If you ever tried a BNPL loan, you’d find that the process works well for consumers and merchants. BNPL does not trump credit cards for convenience and long-term planning, but high consumer take-up indicates that this payment function is a preferred option for many consumers. We’ve tried various BNPL versions, and that the process works well. Payment networks, platform service providers, and issuers seem to agree with homegrown solutions designed to compete with the fintech model.
In a few weeks, the global payments industry saw Affirm’s stock catapult with the recent Amazon alignment, PayPal entered the Australian market—the ground zero for BNPL—and Square acquired Afterpay. These actions all follow BNPL developments by Mastercard, Visa, and a wide array of others.
- PayPal, the US online payments company, has agreed to acquire Paidy, a Tokyo-based buy now, pay later group, for ¥300bn ($2.7bn) in the latest shake-up in the industry.
- The deal, announced late on Tuesday, will be paid for principally in cash. It deepens PayPal’s push into the crowded BNPL sector, in which consumers spread the cost of goods over a small number of payments, typically without interest and often without requiring a credit check.
- Paidy allows its 6m registered users to split the cost of goods into three equal installments with no interest. Users can pay off their balance using cash at convenience stores or bank transfers.
- The acquisition comes as PayPal rolls out its broader strategy to become a “super app” — incorporating payments, cryptocurrency investments and savings — drawing inspiration from under-one-roof Chinese apps such as WeChat.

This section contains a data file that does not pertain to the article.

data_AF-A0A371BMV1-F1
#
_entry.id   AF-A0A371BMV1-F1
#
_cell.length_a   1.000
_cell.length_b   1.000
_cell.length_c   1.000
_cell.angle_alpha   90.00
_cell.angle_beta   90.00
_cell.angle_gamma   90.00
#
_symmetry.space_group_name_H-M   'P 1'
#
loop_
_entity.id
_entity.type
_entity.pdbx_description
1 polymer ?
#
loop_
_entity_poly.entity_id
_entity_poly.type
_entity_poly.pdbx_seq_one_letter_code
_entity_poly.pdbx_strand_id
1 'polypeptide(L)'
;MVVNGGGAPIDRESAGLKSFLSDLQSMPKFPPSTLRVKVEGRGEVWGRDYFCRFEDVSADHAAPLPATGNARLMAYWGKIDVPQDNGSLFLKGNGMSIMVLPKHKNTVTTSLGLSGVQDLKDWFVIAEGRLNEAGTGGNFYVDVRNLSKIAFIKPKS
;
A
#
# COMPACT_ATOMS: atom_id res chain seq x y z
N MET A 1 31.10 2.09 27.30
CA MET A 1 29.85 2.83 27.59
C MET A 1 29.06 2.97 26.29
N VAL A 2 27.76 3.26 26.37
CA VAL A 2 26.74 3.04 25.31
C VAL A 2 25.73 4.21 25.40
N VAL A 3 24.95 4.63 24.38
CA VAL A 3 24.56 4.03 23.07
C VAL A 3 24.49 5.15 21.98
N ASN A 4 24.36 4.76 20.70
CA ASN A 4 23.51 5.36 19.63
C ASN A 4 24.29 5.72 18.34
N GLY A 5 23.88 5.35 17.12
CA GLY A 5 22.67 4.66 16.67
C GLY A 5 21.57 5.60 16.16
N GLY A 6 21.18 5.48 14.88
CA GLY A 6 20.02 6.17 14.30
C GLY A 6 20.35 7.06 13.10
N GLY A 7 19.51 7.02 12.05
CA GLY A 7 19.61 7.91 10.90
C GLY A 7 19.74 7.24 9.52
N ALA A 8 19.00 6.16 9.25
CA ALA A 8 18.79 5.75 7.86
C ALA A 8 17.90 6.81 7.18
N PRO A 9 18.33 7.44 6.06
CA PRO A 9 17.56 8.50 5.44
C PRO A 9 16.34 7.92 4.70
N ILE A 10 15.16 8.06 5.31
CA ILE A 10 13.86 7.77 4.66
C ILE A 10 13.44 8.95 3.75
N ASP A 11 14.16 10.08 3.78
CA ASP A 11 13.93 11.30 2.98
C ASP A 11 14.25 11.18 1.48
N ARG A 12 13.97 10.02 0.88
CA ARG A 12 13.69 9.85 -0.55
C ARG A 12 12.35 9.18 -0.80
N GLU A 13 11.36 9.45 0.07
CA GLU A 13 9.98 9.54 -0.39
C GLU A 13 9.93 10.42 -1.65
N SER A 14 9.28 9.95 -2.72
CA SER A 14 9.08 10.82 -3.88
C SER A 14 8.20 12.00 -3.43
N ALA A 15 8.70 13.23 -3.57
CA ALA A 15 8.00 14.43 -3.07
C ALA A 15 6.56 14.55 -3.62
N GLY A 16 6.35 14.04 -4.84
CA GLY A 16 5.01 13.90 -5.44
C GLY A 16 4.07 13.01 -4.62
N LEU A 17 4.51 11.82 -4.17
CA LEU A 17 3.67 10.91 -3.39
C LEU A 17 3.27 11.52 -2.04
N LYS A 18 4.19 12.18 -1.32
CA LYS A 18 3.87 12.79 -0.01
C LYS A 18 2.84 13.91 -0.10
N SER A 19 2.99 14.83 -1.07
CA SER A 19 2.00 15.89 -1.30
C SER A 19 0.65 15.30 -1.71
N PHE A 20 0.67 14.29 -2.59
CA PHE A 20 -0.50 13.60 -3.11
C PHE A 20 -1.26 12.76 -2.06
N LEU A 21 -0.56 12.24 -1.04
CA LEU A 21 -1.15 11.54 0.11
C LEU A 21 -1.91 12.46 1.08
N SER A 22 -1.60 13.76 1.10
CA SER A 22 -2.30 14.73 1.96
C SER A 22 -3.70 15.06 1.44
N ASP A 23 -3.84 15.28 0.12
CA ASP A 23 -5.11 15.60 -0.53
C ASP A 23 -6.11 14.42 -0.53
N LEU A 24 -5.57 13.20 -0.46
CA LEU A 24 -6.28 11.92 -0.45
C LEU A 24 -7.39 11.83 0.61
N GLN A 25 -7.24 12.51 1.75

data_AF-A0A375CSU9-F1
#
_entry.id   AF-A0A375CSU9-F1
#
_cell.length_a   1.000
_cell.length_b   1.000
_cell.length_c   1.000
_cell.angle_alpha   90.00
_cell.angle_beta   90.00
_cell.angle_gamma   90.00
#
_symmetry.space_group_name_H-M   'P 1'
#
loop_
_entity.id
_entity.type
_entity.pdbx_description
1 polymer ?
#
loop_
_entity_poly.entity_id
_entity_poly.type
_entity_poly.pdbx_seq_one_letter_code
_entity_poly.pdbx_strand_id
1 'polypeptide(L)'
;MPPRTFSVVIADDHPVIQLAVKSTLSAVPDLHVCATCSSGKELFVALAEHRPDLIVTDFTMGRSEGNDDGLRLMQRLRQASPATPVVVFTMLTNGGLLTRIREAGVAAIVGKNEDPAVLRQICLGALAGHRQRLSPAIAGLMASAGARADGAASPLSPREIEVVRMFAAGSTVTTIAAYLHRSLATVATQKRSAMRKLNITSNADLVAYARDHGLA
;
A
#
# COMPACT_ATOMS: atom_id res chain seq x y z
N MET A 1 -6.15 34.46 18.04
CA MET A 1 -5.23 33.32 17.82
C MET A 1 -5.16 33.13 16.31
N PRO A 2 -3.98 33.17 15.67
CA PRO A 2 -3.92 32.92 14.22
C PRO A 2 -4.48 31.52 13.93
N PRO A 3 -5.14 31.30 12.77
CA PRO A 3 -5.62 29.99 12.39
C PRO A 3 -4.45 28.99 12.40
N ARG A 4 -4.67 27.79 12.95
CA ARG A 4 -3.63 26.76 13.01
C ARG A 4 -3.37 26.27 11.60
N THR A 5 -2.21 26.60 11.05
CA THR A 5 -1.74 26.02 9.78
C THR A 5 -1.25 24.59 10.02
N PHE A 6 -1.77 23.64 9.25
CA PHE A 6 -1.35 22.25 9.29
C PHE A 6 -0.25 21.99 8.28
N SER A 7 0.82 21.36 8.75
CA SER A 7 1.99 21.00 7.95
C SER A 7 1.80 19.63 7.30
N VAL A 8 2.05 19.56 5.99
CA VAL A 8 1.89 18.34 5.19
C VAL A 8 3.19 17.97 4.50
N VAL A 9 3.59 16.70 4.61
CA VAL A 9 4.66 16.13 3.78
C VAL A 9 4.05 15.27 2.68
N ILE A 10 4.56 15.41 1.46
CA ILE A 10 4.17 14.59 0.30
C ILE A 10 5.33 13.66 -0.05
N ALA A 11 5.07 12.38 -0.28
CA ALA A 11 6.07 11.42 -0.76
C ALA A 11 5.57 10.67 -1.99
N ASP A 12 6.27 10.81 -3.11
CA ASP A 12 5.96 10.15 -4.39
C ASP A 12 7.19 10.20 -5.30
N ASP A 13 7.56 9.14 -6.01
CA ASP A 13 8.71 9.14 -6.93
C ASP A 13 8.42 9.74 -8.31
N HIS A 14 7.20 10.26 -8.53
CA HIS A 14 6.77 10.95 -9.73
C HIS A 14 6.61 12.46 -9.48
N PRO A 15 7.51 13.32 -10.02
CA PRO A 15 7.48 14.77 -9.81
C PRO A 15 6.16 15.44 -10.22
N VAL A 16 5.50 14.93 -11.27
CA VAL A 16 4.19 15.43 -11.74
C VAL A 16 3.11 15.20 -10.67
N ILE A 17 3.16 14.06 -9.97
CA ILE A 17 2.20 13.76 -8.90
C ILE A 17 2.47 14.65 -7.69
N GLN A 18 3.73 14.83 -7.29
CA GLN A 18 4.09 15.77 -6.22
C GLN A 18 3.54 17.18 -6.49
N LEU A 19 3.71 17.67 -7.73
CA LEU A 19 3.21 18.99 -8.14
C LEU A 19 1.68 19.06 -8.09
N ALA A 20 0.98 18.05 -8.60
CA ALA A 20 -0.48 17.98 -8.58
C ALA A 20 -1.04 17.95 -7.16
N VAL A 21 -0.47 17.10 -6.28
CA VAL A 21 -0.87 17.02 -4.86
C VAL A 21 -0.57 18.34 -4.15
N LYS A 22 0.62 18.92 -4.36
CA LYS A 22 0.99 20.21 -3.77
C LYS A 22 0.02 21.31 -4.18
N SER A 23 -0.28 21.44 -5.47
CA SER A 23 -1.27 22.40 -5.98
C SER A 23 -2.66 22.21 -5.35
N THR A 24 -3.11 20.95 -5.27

Interestingly, Paidy is already an option on the Amazon Japan site, so that might be a good leverage point in PayPal’s effort to become the dominant consumer payment choice. Similar to many other BNPL options, the Amazon Japan site notes:
- Paidy Later (Paidy) is a payment method that uses a next-month consolidated payment service provided by the payment service company Paidy. This enables you to pay as a lump sum in the next month after use.
- About fee-free* 3-pay installments
- 3-Pay allows you to pay for a transaction in 3 equal installments that are due 1 month, 2 months, and 3 months after purchase.
- If you verify your identity and upgrade to Paidy Plus in the Paidy app, you will be able to use 3-Pay and also see your available credit limit in the Paidy app.
- You can choose 3-Pay in Amazon checkout or, after the purchase is complete, you can switch transactions made in the current month to 3-Pay in the Paidy app.
What’s Happening and What to Expect
- Will Stripe be doing something next? Their site indicates a relationship with Afterpay, but it is unrealistic to expect the relationship to continue with Square’s recent acquisition.
- What will happen to all the non-unicorns? Nine of Australia’s top players have not hit unicorn status yet. So is this a death knell for them or an opportunity?
- PayPal is in a unique position with its Pay-In-Four model, BNPL multi-country rollout, and now a leading platform. So is China in their scope? Techcrunch thinks so.
- There are still a few good acquisition targets out there. Openpay is undoubtedly one. So are Zip and Sezzle.
- Will the credit loss model ever come under regulatory scrutiny with some teeth? A few markets have anecdotal moves to improve BNPL credit quality. As companies roll up, will regulations play a more critical role? What about consumer protection?
One thing is for sure: this will not be the last big deal in BNPL during 2021.
Overview by Brian Riley, Director, Credit Advisory Service at Mercator Advisory Group